What about Packages and Paper?

The most common question pops up in a reader’s mind is- Whether it is safe to open that parcel lying around? Is it safe to order something from e-commerce portals?

The possibility of getting infected by handling a package or mail is very low, and moreover, there have been no documented cases of the same. Therefore , after exercising adequate precautions, reading a newspaper or opening a package can be deemed safe. Just handling the boxes with care and washing your hands after opening them is a safe option .If you wish to be extra safe, then you could let the package sit for 24 hours before opening it.

What if you are taking care of a COVID-19 positive person and have to make frequent trips to the hospital?

A recent study published by researchers from the Imperial College, London proved to be very alarming. They confirmed that the viral DNA strain left on the hospital’s bed railing in an isolation room had soon spread to multiple other surfaces- including waiting room area chairs, children’s toys, and books in the play area and doorknobs and handles.

It shows just how far a virus in a droplet of liquid that lands on a bed can spread by people touching surfaces. Therefore if you’re taking care of someone who’s down with COVID-19 or have to make multiple visits to the hospital, taking proper precautions is exceptionally vital. Establishing measures like using a mask, gloves, and maintaining a 6-feet distance at all times become the most critical barrier that can keep you from getting infected.

Disinfection Methods and Strategies

Multiple research articles have shown that coronaviruses can be inactivated within a minute by disinfecting surfaces with 70% alcohol. Hence alcohol-based sanitizers and disinfectants should be used to wipe commonly used surfaces frequently. Items like mobile phones should either be left at home or thoroughly wiped with a disinfectant. Perishables brought from outside should be thoroughly washed under running water, and other packages should be thoroughly sprayed and sanitized.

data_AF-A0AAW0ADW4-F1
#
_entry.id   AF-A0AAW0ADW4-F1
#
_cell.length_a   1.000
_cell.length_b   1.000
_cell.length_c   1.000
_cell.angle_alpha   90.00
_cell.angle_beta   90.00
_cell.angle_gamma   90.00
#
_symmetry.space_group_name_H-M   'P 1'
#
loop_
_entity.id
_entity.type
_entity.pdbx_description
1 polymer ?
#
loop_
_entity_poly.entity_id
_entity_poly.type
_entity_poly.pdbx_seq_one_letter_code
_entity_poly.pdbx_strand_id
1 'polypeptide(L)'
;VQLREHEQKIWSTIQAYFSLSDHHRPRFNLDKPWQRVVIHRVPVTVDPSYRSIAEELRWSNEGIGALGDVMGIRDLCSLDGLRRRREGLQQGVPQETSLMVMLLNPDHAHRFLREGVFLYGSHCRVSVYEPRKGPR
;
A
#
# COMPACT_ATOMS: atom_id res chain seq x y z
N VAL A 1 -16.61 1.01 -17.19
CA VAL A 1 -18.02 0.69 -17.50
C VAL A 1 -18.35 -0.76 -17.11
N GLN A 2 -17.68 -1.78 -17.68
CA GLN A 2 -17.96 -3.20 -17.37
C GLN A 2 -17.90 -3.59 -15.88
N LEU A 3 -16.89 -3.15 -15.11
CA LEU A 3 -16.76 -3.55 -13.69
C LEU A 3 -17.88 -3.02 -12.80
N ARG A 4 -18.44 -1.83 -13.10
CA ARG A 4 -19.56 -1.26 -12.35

What’s next in store? Considering that India is easing lockdown measures significantly, personal hygiene will play an important role in containing the disease’s spread. Even though the lockdown restrictions may have been removed, it is essential to exercise precaution for the safety of those who are vulnerable . Infants and older people need to be taken care of.

We can mitigate COVID-19 transmission from surfaces as long as adequate sanitization methods are practiced. Avoid touching frequently used surfaces like doorknobs or handles, wash your hands at regular intervals, and keep a sanitizer with you at all times. Some general precautions that should be followed are-

● Ensuring that you’re wearing a mask at all times when you are heading outdoors.

● Carrying an alcohol-based hand sanitizer with you at all times or immediately washing your hands with soap and water when you reach home.

● Maintaining adequate social distancing from people when meeting them

● Take immediate precautions to isolate yourself if you develop any symptoms. Do make an appointment and talk to a physician today.